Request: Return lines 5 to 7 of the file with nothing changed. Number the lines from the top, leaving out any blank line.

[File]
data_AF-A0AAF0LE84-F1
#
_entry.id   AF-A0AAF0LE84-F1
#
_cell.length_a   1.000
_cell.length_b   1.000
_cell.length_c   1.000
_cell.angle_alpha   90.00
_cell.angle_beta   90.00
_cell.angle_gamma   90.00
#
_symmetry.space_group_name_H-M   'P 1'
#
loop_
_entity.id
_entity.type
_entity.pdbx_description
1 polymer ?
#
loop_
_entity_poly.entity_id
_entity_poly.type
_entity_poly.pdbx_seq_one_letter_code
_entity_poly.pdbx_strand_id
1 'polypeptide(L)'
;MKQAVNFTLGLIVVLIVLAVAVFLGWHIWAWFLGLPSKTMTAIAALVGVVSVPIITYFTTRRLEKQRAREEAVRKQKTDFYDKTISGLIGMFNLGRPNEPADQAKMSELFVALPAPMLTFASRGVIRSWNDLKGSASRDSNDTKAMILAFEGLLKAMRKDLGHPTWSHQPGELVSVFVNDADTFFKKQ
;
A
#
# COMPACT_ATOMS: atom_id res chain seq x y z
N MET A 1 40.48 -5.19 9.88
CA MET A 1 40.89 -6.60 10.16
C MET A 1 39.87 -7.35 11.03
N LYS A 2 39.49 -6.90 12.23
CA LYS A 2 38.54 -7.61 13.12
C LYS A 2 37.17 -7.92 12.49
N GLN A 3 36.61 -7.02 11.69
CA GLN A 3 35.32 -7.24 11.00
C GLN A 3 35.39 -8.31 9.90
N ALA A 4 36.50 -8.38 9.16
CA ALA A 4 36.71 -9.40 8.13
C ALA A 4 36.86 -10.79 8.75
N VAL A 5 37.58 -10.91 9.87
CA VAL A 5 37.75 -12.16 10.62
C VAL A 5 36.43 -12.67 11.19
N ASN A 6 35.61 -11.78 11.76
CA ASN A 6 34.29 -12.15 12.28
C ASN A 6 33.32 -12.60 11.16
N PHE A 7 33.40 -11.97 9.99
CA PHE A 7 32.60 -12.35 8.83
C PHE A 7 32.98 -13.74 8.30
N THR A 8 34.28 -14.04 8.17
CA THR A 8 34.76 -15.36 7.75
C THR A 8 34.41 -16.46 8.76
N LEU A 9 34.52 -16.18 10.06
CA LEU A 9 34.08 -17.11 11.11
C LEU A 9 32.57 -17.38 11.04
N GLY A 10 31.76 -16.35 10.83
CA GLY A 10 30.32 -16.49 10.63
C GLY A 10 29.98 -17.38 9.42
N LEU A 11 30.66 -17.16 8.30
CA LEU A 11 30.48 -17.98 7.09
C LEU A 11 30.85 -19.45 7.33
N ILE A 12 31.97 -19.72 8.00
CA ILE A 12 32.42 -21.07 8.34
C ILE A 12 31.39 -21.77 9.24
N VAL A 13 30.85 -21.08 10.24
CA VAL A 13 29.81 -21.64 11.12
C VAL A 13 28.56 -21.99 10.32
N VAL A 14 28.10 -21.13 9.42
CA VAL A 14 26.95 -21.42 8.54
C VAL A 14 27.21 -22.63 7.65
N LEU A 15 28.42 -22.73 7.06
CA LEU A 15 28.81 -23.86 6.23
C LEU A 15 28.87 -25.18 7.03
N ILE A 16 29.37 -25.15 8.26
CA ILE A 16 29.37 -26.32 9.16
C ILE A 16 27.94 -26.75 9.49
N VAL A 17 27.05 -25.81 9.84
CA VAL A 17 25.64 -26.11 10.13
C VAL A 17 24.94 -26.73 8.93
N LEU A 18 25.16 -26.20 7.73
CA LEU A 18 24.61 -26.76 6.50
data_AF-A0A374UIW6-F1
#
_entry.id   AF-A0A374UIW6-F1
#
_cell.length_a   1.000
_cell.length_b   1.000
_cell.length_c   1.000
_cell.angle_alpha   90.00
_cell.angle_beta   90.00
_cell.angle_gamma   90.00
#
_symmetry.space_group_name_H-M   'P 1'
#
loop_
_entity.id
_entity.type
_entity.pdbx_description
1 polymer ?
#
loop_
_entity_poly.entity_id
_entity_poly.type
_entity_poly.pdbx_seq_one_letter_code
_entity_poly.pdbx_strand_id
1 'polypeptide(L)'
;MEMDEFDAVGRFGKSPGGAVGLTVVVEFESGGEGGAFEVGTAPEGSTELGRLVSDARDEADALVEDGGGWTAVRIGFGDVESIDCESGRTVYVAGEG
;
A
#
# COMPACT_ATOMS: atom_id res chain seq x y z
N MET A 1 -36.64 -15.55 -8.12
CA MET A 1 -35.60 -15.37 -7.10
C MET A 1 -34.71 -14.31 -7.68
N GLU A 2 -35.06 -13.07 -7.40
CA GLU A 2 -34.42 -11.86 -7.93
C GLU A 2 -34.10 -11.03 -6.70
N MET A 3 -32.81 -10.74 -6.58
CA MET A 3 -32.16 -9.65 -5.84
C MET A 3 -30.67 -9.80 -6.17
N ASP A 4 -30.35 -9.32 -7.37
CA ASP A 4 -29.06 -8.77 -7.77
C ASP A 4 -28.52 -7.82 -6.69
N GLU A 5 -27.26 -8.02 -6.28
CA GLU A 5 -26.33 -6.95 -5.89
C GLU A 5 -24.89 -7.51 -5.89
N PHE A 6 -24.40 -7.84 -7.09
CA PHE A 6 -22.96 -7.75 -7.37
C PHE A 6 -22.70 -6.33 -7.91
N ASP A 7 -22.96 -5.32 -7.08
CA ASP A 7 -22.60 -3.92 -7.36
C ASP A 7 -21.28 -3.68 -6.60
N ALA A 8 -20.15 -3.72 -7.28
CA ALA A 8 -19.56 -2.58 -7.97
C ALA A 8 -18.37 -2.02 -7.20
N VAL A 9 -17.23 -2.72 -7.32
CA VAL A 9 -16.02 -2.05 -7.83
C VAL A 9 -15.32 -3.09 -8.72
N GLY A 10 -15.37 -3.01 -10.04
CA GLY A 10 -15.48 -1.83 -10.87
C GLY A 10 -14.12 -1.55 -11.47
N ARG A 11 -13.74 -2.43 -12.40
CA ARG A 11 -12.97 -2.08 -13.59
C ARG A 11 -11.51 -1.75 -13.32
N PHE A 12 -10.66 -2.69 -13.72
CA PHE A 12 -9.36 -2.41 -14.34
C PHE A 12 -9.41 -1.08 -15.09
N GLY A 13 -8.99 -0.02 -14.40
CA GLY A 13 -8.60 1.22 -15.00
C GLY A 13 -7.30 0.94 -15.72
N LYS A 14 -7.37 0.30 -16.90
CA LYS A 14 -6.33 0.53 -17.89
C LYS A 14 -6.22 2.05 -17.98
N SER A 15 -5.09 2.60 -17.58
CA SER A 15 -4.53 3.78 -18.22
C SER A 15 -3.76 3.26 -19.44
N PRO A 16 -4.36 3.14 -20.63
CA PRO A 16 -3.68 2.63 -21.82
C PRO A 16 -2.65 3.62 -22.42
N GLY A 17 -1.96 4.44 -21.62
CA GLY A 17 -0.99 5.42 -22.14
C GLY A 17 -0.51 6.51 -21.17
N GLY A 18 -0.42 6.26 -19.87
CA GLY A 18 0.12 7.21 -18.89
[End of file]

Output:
_cell.length_a   1.000
_cell.length_b   1.000
_cell.length_c   1.000